“We recently adopted a Climate Action Plan with a goal of being carbon neutral by 2050, and a number of other components, such as introducing more renewable energy programs for homeowners utilizing wind and solar electricity. We received a grant from the State of New Jersey for integrating up to 14 electric vehicle charging stations; we’ll be rolling that out later this year. To meet the needs of people with low and moderate income, we’re creating a community solar program which would allow them to utilize solar energy from other parts of the state, if they can’t afford to install solar panels on their homes.
“We’re changing to LED lighting, which is more energy efficient, and transitioning our municipal fleet to hybrid vehicles. We’ve also imposed a ban on single-use plastic bags. In terms of transportation, we’ve adopted a pilot program for e-scooters and we already have a robust bikeshare program. In size, Hoboken is one square mile and a very walkable city. We’re trying to identify as many mobility methods as possible to avoid the necessity of using a gas-fuelled car.”
BVM: Do you have a heritage downtown you’re revitalizing?
Mayor Bhalla: “The southern half of Washington Street is generally considered our downtown. We, actually, just finished a $27 million Complete Streets program to integrate conduits for a sub-surface micro-grid under that street – in the unfortunate event of another superstorm, we are working to maintain power at critical points, such as City Hall, hospitals, fire stations, police stations, and seniors’ buildings to address public safety and critical needs of the community during a crisis. The Complete Streets model on Washington St. includes curb extensions to make it more pedestrian friendly, upgrades to traffic signals and crosswalks, and upgrading all the sub-surface water mains and service lines. That project is 99 percent complete and a major accomplishment for the city over a number of years.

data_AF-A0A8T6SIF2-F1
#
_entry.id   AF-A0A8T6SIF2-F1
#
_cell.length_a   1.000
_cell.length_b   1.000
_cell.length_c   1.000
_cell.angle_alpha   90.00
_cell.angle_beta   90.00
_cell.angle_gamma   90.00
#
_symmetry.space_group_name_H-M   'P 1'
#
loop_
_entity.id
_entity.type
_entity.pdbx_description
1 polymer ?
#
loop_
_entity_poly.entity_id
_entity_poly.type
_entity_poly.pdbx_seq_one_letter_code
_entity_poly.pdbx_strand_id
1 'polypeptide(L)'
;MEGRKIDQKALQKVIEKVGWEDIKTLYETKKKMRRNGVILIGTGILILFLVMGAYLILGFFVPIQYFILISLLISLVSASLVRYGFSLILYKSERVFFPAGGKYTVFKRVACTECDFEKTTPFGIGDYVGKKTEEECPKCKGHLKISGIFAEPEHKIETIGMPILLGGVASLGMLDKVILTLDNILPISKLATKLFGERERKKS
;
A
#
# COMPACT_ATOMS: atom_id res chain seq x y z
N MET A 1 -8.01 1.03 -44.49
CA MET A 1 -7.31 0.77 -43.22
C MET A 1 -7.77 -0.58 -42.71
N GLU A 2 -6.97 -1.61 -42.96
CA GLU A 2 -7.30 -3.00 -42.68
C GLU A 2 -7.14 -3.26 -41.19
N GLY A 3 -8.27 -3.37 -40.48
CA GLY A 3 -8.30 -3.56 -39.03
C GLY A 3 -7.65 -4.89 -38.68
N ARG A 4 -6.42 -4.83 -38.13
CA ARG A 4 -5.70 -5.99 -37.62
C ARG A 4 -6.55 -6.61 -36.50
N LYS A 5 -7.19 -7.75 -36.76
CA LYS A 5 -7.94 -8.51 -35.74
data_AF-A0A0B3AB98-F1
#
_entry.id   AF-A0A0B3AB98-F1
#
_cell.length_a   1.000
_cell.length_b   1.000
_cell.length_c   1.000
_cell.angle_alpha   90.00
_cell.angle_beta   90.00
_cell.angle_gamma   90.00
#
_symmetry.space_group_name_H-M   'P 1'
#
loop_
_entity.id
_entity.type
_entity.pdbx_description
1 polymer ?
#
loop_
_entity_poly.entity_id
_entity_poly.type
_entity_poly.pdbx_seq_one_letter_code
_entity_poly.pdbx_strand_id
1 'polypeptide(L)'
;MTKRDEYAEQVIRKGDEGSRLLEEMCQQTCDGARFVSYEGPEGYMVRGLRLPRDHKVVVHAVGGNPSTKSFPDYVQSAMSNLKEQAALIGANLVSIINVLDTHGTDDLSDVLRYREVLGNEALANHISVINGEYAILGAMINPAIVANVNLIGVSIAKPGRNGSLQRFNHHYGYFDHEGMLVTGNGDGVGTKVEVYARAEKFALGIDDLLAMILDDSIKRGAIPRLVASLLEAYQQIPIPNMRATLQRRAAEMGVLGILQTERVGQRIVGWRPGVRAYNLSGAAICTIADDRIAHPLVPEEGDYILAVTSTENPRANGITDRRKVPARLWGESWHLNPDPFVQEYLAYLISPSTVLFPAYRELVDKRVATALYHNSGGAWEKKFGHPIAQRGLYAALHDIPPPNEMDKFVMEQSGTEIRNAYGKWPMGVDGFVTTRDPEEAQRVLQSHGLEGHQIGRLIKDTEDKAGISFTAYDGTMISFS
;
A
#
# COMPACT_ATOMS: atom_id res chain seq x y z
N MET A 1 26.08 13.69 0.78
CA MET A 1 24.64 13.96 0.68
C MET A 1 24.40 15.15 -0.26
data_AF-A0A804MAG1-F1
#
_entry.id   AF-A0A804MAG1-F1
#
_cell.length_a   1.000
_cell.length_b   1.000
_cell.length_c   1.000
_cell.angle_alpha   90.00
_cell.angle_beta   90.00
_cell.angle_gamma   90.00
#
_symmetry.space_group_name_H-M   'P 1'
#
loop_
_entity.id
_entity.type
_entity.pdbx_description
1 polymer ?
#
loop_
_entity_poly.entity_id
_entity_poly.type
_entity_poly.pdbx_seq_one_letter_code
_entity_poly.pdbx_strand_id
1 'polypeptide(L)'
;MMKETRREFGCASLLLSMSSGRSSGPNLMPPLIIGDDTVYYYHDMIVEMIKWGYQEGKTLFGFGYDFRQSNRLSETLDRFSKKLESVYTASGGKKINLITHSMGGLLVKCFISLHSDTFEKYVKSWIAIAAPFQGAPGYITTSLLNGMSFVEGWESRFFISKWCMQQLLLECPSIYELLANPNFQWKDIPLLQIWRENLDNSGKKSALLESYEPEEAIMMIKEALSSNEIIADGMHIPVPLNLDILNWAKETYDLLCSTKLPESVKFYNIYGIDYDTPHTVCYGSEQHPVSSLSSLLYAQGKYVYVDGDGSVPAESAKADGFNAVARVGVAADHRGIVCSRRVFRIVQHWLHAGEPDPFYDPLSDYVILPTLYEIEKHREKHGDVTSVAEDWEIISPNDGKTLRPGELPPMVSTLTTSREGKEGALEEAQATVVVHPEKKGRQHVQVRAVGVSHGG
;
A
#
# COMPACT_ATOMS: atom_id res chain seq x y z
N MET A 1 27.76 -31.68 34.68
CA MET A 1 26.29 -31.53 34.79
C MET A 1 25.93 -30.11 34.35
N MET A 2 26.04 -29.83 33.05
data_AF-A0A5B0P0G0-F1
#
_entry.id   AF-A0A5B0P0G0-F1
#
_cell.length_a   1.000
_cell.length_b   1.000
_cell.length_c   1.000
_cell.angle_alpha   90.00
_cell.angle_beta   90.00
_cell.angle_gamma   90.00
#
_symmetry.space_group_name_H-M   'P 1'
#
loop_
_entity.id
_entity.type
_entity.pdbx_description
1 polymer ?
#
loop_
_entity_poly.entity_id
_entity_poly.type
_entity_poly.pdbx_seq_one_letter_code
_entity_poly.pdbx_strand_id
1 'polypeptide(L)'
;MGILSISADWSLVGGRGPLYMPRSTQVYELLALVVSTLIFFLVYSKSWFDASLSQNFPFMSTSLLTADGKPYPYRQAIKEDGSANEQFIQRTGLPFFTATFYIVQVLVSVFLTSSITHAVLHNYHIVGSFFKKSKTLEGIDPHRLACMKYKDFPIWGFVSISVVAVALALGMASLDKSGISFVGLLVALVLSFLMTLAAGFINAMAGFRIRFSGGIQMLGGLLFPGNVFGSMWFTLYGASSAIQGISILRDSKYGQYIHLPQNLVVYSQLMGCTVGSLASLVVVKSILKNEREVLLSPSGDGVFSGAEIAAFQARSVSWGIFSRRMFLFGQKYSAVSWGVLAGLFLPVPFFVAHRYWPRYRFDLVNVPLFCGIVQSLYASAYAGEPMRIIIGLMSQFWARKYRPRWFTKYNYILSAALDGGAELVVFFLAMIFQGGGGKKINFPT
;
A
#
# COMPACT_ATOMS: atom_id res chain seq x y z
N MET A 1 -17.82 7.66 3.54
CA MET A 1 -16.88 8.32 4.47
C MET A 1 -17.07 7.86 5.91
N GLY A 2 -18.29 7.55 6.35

“We’re in the process of creating a special downtown business improvement district to sustain and benefit local small businesses – everything from marketing and branding to streetscape improvements and it’s up to the business improvement district as to how they allocate their resources. That’s another initiative we’ve undertaken as a city to revitalize our main street. We have a diverse array of small businesses starting up in all parts of the city – from yoga studios, to coding classes, to the arts community. There are a lot of opportunities because when you compare start-up costs for opening a small business in Hoboken to the costs in New York City, right across the river, the economies of scale are more attractive here.